Fritz v. City of Kingman
Arizona Supreme Court
957 P.2d 337 (1998)
The City of Kingman (defendant) adopted a general zoning plan in 1992, which established the area in which Kiersten Fritz (plaintiff) owned property as one that could accommodate one to four residences per acre. At the time of adoption, Fritz’s land was specifically designated R-R, a code allowing only one dwelling per acre. In 1997, Fritz requested that her land be reclassified as R-1-8 so as to allow for up to four dwellings per acre, still consistent with the general plan. The City honored the request. Thereafter, the Committee for Responsible Rezoning petitioned for the City’s decision to be referred for review by the electorate. Fritz brought suit, seeking rejection of the referendum petitions. Fritz moved for summary judgment, contending that the rezoning decision was an administrative act not subject to a referendum. The trial court denied the motion, concluding that the decision was instead a legislative act. Fritz appealed, arguing that the 1992 general plan that permitted one to four residences per acre in the area in which her land was located was itself a legislative act on which opposing parties could and should have sought a referendum, unlike the later reclassification.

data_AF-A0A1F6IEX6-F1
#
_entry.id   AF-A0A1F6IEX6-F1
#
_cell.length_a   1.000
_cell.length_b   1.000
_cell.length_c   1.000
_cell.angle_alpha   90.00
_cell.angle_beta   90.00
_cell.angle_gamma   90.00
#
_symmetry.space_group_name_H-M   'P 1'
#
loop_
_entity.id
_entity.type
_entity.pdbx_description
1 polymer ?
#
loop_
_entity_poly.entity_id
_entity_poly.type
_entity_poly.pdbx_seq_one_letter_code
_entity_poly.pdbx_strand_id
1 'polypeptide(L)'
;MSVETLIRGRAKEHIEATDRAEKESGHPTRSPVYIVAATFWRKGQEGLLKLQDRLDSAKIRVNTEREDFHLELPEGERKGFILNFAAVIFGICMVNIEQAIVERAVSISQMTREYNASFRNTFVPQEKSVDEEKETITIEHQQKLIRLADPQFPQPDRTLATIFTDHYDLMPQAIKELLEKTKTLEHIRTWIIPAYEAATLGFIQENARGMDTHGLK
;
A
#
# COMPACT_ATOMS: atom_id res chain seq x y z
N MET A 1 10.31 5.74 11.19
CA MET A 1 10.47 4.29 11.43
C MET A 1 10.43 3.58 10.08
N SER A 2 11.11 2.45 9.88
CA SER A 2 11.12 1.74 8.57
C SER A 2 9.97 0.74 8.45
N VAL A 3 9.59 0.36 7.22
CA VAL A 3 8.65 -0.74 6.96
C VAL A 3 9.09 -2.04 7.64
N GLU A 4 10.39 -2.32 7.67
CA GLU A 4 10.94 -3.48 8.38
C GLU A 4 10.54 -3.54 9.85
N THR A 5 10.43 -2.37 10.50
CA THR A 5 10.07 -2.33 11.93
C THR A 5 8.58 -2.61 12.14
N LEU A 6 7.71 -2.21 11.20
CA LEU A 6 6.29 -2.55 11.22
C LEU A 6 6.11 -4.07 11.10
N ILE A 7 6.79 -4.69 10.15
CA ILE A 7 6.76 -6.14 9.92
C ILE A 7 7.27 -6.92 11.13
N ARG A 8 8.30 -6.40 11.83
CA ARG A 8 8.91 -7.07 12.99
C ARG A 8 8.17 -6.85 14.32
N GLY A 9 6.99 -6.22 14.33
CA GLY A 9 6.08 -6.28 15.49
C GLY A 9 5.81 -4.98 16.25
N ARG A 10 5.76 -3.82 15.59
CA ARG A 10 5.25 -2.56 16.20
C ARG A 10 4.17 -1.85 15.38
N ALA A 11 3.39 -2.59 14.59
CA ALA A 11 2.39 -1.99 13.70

Rule of Law
Holding and Reasoning (Gerber, J.)
What to do next…
Unlock this case brief with a free (no-commitment) trial membership of Quimbee.
You’ll be in good company: Quimbee is one of the most widely used and trusted sites for law students, serving more than 725,000 law students since 2011. Some law schools—such as Yale, Berkeley, and Northwestern—even subscribe directly to Quimbee for all their law students.Unlock this case briefRead our student testimonials
Learn more about Quimbee’s unique (and proven) approach to achieving great grades at law school.
Quimbee is a company hell-bent on one thing: helping you get an “A” in every course you take in law school, so you can graduate at the top of your class and get a high-paying law job. We’re not just a study aid for law students; we’re the study aid for law students.Learn about our approachRead more about Quimbee
Here's why 725,000 law students have relied on our case briefs:
- Written by law professors and practitioners, not other law students. 45,700 briefs, keyed to 983 casebooks. Top-notch customer support.
- The right amount of information, includes the facts, issues, rule of law, holding and reasoning, and any concurrences and dissents.
- Access in your classes, works on your mobile and tablet. Massive library of related video lessons and high quality multiple-choice questions.
- Easy to use, uniform format for every case brief. Written in plain English, not in legalese. Our briefs summarize and simplify; they don’t just repeat the court’s language.